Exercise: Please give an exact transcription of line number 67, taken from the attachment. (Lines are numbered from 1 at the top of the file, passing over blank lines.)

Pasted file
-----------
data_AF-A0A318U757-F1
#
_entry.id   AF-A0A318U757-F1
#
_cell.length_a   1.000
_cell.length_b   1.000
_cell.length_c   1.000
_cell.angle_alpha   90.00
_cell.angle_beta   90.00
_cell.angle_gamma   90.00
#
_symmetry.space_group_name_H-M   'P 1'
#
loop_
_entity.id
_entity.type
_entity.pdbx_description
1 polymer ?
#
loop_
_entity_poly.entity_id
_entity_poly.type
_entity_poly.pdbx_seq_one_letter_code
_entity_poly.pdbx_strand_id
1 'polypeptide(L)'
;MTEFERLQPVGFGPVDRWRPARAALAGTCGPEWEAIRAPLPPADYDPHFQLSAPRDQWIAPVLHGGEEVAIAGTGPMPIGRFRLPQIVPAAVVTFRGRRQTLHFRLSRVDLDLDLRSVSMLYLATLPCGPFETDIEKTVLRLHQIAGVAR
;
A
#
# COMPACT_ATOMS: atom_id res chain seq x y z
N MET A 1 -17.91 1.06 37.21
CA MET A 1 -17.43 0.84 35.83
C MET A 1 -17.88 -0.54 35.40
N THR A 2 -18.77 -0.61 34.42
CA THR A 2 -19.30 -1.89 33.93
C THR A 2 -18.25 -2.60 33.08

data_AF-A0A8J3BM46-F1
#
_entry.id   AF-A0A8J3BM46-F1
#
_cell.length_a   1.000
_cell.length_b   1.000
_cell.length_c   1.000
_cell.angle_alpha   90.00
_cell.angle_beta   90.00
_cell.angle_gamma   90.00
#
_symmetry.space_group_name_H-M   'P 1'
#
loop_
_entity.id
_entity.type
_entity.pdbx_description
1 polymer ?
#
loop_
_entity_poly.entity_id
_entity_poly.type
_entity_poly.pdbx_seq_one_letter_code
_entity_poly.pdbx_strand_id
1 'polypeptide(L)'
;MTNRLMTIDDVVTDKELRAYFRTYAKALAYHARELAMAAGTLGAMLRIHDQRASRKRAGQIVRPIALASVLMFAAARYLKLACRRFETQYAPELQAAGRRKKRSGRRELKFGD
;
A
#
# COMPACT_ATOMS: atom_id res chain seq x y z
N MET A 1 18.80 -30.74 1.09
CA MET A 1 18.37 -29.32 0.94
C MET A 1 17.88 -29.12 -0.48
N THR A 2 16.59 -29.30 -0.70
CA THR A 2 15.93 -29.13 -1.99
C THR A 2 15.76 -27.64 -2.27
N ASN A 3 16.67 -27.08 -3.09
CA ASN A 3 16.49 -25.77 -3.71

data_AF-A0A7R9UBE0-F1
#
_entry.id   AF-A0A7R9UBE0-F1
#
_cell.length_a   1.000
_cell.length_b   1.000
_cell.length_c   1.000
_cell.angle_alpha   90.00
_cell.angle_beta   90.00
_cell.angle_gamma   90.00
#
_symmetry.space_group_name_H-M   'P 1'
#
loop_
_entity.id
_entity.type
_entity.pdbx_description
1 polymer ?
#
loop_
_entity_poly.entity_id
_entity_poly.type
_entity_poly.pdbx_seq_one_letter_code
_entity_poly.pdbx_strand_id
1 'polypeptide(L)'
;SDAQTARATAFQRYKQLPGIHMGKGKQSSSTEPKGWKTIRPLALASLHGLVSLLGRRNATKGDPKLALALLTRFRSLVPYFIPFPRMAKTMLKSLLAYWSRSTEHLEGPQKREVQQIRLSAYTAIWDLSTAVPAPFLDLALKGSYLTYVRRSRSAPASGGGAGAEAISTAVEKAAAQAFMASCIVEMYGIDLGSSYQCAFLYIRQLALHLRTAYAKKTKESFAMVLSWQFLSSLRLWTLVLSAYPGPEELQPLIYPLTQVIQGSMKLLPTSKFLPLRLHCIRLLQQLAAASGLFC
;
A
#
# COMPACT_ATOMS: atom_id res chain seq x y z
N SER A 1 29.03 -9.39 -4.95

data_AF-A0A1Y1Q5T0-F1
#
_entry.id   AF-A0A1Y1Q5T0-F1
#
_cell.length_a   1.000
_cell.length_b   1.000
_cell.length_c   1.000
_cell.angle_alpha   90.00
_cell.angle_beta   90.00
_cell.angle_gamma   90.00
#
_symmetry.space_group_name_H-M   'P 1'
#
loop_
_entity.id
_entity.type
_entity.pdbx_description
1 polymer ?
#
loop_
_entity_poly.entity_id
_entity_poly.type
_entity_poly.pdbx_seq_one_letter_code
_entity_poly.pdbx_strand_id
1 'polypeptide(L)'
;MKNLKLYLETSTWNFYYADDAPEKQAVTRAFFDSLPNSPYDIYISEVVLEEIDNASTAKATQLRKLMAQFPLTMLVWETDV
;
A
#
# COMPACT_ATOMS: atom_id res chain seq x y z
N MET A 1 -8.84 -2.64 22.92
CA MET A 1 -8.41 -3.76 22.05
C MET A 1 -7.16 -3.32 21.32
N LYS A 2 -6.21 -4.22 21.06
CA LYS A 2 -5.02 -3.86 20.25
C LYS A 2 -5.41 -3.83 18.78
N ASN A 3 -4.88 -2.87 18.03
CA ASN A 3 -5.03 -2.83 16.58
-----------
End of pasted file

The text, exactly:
N MET A 1 18.80 -30.74 1.09